· Become the other. See through their eyes, think with their mind; sense its patterns. Consider what is truly in their interests.

· Go from there. Show how your idea is in their interests, either directly or through an exchange you offer.

Reprinted, with permission of the publisher, from The Zen Leader © 2012 Ginny Whitelaw.
Published by Career Press, Pompton Plains, NJ.  800-227-3371.  All rights reserved.

[Image: Flickr user Cloud_nine]

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  • Terry LeClair

    One of the best blog posts I have ever read. Thank you for such wonderful insight. I have a long way to go in my ability to influence people but this has reiterated to me that I am on the right track and has given me the clarity to continue to enhance my craft. Thank you!

  • Katie

    I'd like to print this article (Empathy is the Most Powerful Leadership Tool), but it gives an error on my printer, and appears as nonsense when saving to a PDF.  

  • True Honesty

    Very true! As I always tell people, perhaps, if we wore the other person's shoes or placed ourselves in their position, we will better understandthem, their viewpoint or where they're coming from including the basis of their decision.

  • Pamela

    These are important concepts. I really like the steps at the end.  The key, I believe, is figuring out how to actually remember to do them, and how to do them well. The problem usually isn't that we do not know what to do. It is that we have to use some kind of force or mental magic to trick our minds into doing it, because we have developed the habit of *not* thinking about the other. So how do we do that? How do we get rid of the patterns that prevent us from being more open to what's happening inside ourselves and inside others? Just telling ourselves to do it often doesn't work. Mindfulness helps - though often in pressure situations, it is so difficult to hold onto the calm mindfulness we have developed on the cushion. So what then? There are ways of engaging that energy that comes up in pressure situations - ways of turning it to our advantage and using it to fuel awareness in such a way that we become very clear and then know and can do exactly what we want to do. Mastering techniques like that is the key to leading oneself better (i.e. developing self awareness) and leading others better.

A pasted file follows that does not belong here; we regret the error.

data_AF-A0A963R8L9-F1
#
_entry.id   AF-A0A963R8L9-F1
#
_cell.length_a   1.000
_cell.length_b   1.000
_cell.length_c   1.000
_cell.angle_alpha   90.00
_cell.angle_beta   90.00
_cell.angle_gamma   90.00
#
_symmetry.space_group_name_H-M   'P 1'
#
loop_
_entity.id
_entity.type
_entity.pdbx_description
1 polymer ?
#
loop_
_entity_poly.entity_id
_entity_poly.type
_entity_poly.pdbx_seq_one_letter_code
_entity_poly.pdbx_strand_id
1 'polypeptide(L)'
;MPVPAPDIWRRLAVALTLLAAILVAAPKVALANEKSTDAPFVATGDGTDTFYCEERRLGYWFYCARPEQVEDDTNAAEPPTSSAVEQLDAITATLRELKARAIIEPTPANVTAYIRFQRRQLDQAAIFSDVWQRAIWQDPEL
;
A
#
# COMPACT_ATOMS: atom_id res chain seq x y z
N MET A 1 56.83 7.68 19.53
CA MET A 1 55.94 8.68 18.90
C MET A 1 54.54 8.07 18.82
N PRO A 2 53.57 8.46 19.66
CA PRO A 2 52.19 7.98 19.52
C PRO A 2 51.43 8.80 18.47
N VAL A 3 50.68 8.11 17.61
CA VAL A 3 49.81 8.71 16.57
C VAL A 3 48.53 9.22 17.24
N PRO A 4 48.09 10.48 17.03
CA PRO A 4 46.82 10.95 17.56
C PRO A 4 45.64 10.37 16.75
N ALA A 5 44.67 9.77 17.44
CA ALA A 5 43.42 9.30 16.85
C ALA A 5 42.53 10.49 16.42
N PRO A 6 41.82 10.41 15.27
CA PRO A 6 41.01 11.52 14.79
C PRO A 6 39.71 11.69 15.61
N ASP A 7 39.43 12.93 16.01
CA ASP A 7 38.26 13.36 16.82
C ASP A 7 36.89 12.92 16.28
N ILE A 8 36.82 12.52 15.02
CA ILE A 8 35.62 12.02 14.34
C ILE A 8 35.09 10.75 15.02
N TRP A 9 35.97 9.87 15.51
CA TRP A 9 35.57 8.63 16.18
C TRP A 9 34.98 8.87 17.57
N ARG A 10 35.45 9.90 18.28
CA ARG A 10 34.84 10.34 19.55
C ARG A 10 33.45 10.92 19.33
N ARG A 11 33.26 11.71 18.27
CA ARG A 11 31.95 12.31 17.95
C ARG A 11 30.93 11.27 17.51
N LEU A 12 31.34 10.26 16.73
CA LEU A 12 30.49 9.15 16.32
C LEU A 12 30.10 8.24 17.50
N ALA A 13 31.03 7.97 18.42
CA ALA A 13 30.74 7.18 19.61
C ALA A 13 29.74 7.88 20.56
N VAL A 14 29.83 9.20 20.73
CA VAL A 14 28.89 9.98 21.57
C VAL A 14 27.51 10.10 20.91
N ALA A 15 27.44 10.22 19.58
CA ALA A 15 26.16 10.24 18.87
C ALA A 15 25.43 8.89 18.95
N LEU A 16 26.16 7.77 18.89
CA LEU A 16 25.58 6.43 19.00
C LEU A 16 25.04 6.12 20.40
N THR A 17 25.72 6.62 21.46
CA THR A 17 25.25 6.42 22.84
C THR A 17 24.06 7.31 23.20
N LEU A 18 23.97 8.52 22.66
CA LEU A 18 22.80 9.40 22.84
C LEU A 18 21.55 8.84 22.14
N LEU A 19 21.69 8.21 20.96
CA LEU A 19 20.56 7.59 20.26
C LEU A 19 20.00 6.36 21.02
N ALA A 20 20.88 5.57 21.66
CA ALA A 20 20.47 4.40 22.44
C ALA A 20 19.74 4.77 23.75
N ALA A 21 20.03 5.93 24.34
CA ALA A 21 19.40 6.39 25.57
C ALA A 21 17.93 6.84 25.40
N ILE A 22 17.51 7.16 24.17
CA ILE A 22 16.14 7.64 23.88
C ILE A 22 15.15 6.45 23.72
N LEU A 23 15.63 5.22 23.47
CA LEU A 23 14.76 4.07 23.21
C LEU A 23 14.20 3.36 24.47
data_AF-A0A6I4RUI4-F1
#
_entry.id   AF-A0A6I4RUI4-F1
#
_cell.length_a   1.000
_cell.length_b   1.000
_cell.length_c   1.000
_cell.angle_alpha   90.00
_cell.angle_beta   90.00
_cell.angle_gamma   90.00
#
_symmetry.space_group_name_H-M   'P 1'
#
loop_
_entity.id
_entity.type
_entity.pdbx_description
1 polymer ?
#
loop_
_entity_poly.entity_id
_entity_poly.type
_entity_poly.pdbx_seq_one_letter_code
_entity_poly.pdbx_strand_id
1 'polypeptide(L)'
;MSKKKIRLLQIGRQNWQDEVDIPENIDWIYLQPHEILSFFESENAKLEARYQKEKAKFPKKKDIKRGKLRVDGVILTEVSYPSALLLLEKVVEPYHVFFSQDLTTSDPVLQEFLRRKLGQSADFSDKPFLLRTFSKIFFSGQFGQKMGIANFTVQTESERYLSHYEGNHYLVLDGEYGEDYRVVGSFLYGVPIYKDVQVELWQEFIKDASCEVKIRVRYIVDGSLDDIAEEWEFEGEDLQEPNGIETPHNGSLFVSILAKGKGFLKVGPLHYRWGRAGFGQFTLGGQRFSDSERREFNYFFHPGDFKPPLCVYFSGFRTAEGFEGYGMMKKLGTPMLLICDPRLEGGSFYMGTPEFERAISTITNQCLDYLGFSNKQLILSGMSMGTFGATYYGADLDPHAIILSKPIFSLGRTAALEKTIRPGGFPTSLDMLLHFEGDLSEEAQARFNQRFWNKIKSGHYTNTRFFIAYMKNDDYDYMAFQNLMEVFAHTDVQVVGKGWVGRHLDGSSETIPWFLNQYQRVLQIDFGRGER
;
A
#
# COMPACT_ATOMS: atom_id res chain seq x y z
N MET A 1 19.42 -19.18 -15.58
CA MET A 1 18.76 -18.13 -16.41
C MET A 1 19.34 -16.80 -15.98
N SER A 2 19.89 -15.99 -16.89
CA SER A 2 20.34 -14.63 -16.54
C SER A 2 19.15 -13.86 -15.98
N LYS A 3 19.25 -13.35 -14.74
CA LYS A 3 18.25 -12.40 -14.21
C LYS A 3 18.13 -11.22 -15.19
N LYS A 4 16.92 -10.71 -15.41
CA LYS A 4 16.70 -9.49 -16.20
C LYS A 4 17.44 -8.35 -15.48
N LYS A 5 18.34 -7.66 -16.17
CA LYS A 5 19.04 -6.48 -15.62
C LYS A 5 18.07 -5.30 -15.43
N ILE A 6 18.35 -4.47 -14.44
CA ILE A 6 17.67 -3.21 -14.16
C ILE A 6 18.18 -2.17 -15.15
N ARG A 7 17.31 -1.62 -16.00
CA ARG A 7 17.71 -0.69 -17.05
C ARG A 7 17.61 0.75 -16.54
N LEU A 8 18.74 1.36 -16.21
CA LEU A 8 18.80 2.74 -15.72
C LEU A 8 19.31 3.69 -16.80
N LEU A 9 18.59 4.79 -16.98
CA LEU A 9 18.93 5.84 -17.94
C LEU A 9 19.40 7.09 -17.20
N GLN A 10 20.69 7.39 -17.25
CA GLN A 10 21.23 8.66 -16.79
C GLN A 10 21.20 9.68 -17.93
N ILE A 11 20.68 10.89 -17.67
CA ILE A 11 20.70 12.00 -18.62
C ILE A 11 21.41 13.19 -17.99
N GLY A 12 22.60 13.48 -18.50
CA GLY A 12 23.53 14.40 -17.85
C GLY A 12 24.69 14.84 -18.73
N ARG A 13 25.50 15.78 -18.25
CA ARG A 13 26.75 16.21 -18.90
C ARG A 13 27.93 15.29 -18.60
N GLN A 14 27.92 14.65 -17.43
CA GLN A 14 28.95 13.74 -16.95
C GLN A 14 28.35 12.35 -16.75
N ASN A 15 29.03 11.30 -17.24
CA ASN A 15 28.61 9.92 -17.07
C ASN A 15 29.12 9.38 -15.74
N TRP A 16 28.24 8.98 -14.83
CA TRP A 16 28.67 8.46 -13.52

• sanjun

    Interesting observations. I would express it this way- Empathy is an integral part of emotional intelligence. If you don't have this in you, you might never be able to 'learn' it beacuse it comes from the harmony between your heart and mind - it's like music; not everybody can play the violin as not everybody can be a Leader though leadership skills can be learnt. However, these skills- if they are learnt and not intrinsic- risk failing when a critical decision is to be made.
    Sanjeev Juneja 

  • Ilona Jerabek

    Empathy is an important part of emotional intelligence, which has been shown in many studies to be one of the most reliable predictors of performance in pretty much all positions, regardless of field of rank.  See this press release for some details: http://www.free-press-release....